The fine arts and antiques should be valued by an experienced appraiser. No software can calculate the true replacement costs of these types of items. Further, all antiques/fine arts should be cataloged with pictures for further proof of loss documentation, and taken off sight. Appraising all the other structures at the club is relatively secondary in importance versus appraising the main clubhouse and fine arts. The main facility and the fine arts should be appraised more often, since trending becomes skewed over the years.

With the emergence of developing countries like China starving for building materials like concrete, combined with the catastrophic losses associated with the recent hurricanes, the cost of constructing a building has increased 45% over the past seven years. 2006 is the first year that increases have tailed off.

One last note: The person in the insurance business may have knowledge of the industry, but the board is accountable to the members. Following established policies and procedures as opposed to “cutting corners because of inside information” will only prove that one can’t beat the insurance companies at their own game.

Case 3:
While the structures may lack the impressive architecture of Case 2, the total amount of structures lends consideration to conducting an appraisal. In this case, quantity is as important as quality. The expansion in the 1970’s means there are two different architectural approaches, and significantly different insurance values. Documentation is the best way to make sure you receive the correct one.

A question that should be answered in writing is who is responsible for insuring the golf club collection? If some are on display, there could be some confusion on liability.

A club with more members means more activity, and sometimes an increase in the probability of a bad event.

A key here is the fact that an appraisal was conducted years ago. For the management of the club to forsake conducting a reappraisal might have saved some money, especially during tough times when expenses that did not give immediate gratification were considered non-essential. Over the years, as business managers and board of director’s change, the need for another appraisal seemed to fall through the cracks. However, anyone who has had appraisal data available during loss negotiations becomes the biggest advocate of appraisals. They help negotiations conclude faster, and fairly.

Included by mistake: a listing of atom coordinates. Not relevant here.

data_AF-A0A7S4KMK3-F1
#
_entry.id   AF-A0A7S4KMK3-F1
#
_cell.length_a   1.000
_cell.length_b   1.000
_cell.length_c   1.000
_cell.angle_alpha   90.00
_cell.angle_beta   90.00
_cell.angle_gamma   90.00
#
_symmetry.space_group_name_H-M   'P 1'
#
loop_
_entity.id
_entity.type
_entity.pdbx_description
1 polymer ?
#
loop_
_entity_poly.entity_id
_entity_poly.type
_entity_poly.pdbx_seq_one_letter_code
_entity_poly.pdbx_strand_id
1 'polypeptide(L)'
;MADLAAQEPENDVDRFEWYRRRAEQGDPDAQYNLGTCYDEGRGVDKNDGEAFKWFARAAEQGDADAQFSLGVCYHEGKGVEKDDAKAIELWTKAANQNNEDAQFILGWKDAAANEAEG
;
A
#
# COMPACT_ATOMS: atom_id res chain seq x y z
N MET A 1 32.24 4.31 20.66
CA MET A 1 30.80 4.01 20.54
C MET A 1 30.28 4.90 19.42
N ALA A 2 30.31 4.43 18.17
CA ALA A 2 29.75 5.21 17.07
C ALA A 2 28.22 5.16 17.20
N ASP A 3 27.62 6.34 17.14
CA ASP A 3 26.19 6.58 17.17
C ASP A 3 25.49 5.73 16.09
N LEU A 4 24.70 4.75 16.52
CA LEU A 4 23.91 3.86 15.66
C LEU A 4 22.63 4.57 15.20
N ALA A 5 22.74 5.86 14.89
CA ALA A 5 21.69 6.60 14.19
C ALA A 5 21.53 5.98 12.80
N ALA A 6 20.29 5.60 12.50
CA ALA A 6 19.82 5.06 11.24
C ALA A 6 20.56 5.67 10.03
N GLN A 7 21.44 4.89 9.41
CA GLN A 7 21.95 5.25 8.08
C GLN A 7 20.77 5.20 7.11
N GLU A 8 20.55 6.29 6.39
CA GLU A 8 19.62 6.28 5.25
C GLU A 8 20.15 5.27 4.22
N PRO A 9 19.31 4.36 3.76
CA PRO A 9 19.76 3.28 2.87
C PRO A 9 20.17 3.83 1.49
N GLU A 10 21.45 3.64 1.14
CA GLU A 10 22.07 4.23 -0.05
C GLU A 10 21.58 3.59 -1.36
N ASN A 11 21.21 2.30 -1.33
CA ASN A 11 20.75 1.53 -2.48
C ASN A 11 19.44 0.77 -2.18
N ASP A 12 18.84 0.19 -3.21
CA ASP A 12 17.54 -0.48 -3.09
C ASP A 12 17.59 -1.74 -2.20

Considerations for hiring an appraisal company:

Hire a full service appraisal company. There are many definitions of value, and some valuation firms are limited in their valuation expertise. Can the firm handle fair market valuations of assets, such as a bank might want liquidation values to help determine collateral? How about real estate (real property) valuations? How about being able to help settle an estate of a deceased person? The ability to provide many different valuations on the same assets indicates experience and expertise.

Hire a company that offers a “Loss Report Service.” Some companies are not available to help you in case of a loss. They provide their opinion of insurance values, but then they state in the proposal very professionally that you are on your own in case of a loss.

Check for Errors and Omissions Insurance. Most appraisal companies state in their proposal that they are only liable for the amount paid for the appraisal if the numbers they provide are wrong. Some appraisal companies carry errors and omissions insurance so they can further back up their appraisal data if it is questioned.

Check references. Does the firm have different types of clients? Are these listed clients current or prior? Many firms may show a long list of clients, but it may be misleading, as the list may include entities that chose not to use the appraisal firm.

Use fixed fee companies. Do not allow a company to keep open ended the amount of expenses they will charge you after the conclusion of the work. Reputable companies can successfully determine how much they can charge you before you execute the proposal.

Avoid conflicts of interest. Will the insurance company “pay” for an appraisal? Beware of the word free, especially in the insurance business. Many times an insurance company offers a free appraisal, but you have to buy at least two years of insurance. Often the cost of the valuation is buried in the premium increase for the second year, or the actual appraisal is of poor quality. The only thing that should be free of charge is the proposal for determining values.

Having a comprehensive appraisal performed beforehand by an independent appraisal company is good risk management. Benefits include, but are not limited to, minimizing premiums, accurate values, loss claim support, and accelerated recovery. An appraisal addresses accountability issues, and is a meaningful tool to help managers and directors. Clubs with fine arts and complicated buildings should consider establishing accurate values more often, and make every effort to keep them current.

This article was written for Club Managers Association of America Premiere Club and was featured in their monthly newsletter.